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Shawn Mendes proved all the skeptics out there that he is not just a one-hit wonder with his sophomore studio album Illuminate that debuted at number one on the US Billboard 200 chart.
Illuminate is definitely a body of art that tells about the ups and downs in the life of the 18-year-old singer. Unlike his previous album Handwritten, a sense of maturity can be found in the lyrics and tracks of Illuminate that was somewhat absent in his previous collection of songs.
The singer-songwriter's biggest musical influences, John Mayer and Ed Sheeran, are heavily imprinted in the rhythmic tunes and guitar-centred tracks. The honest and bluesy kind of feels are evident in almost every single song in the album, making it one to be played in chill and relaxed situations rather than a playlist to bring the life to the party.
A wide variety of themes can be found in this LP; from the Canadian singer being a gentlemen treating his lady right in Treat You Better and Bad Reputation to being in a relationship that feels frustrating in Ruin and Mercy to even empowering his fans in Understand with a speech placed right in the middle of the song as if speaking directly to them in a concert setting.
This album demonstrates the growth that the international superstar has made over the past year and what he's actually capable of. He seems to be growing up really fast with the more mature lyrics he has put out but the sincerity in his music is one thing that he has kept consistent from his Vine days till now.
With a unique concept and an eclectic sound, Glass Animals might have just hit the jackpot as they quickly garnered a large group of new listeners with their dream-like second album, How To Be A Human Being.
The well-received album almost has a Wes Anderson-esque theme with a cover that resembles the mustard trademark of the director as well as the characters in his film, The Royal Tenenbaums. Unsurprisingly, How To Be A Human Being was inspired by vivid conversations with strangers whom frontman David Bayley have encountered on tour - just like the varied and almost unstable character backgrounds in Wes Anderson films.
David Bayley described the album as “almost autobiographical” with “anecdotes from fans, taxi drivers and random strangers who felt compelled to unload." It's real life banter turned into euphonious tunes.
With this, it makes How To Be A Human Being the truest form of escapism. Glass Animals was able to flawlessly deliver real human experiences and transform them into sweet, psychedelic, and soft-rock melodies and it was as though the album cover came to life.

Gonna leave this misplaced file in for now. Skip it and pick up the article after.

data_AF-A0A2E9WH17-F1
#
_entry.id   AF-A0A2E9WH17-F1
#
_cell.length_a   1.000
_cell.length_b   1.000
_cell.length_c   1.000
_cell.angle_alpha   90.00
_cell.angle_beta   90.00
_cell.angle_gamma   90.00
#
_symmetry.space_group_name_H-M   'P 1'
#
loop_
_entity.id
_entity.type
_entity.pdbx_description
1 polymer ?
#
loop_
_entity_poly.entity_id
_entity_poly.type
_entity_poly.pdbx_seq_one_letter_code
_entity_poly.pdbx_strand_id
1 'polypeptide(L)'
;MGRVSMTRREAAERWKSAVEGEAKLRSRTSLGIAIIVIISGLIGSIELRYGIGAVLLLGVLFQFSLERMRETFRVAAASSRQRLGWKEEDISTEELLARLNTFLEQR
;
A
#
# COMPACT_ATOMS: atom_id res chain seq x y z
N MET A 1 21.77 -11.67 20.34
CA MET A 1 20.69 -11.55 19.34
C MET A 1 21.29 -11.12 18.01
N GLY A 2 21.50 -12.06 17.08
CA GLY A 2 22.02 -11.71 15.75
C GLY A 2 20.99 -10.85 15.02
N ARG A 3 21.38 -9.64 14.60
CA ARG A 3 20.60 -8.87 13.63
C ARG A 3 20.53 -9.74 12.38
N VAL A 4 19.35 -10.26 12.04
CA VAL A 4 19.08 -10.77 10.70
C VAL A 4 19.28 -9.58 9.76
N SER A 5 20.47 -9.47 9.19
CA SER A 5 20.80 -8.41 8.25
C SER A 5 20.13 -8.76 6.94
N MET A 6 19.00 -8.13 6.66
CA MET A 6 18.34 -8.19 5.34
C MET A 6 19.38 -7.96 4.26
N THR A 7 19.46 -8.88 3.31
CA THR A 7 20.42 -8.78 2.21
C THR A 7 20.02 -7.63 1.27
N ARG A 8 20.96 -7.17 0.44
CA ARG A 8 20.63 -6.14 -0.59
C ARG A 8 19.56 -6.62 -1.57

It opens with the first track Life Itself, which delves into some fairy tale vibes in the intro through its groovy beats. Additionally, there are songs like Season 2 Episode 3 (Season 2 as in Glass Animals’ 2nd album and Episode 3 being the 3rd song), a reminiscent of a retro video game theme song. Similar to the song Youth, the former induces some kind of nostalgia.
On the other hand, there's also [premade sandwiches], a spoken word interlude that suggests some form of mockery about how most of us live our lives - “People complaining cos' their mum whines… People complaining about standing in line.”
Those who initially snubbed the band's first album, myself shamefully included, will fall in love with the quartet's bold experimentation. A kaleidoscope in itself, Glass Animals' second incarnation takes us to a melodic fantasy that, in my opinion, no record in 2016 has yet to achieve.
Listen to the album here:
Track gems: Season 2 Episode 3, Youth, Agnes
Photo Credits: Caroline Records
Album Review: Carly Rae Jepsen Disproves Critics With Synth-based Dance Pop Collection, 'Emotion: Side B'By Teejay Sep 09, 2016
Just when we all thought that Carly Rae Jepsen is done proving critics wrong about being a one-hit wonder, the pop singer recently released a mind-blowing collection of unreleased tracks from the album Emotion. But despite the not-so-brilliantly named collection entitled, Emotion: Side B, Carly’s efforts to channel her inner junkie and quirkiness makes the EP far from mundane.